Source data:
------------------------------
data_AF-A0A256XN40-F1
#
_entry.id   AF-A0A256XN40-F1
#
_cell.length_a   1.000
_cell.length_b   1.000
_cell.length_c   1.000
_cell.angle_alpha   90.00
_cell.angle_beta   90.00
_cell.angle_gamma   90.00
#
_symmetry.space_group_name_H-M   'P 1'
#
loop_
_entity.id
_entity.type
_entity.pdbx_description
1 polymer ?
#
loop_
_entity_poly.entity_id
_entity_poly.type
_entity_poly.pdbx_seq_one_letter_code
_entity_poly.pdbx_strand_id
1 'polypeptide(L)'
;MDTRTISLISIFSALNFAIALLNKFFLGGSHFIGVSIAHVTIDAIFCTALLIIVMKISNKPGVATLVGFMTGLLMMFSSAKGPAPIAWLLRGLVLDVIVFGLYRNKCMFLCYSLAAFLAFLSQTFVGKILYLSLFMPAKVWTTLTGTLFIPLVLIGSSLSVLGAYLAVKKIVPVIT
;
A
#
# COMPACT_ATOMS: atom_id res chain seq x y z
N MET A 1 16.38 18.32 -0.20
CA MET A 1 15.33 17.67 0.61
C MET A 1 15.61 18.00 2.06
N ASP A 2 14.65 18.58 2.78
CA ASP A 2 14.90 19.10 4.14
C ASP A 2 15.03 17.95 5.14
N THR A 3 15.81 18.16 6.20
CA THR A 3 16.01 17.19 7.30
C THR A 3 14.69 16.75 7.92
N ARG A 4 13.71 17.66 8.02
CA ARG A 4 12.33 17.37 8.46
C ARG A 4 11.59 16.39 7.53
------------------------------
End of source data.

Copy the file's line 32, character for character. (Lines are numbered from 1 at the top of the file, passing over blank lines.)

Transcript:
CA MET A 1 15.33 17.67 0.61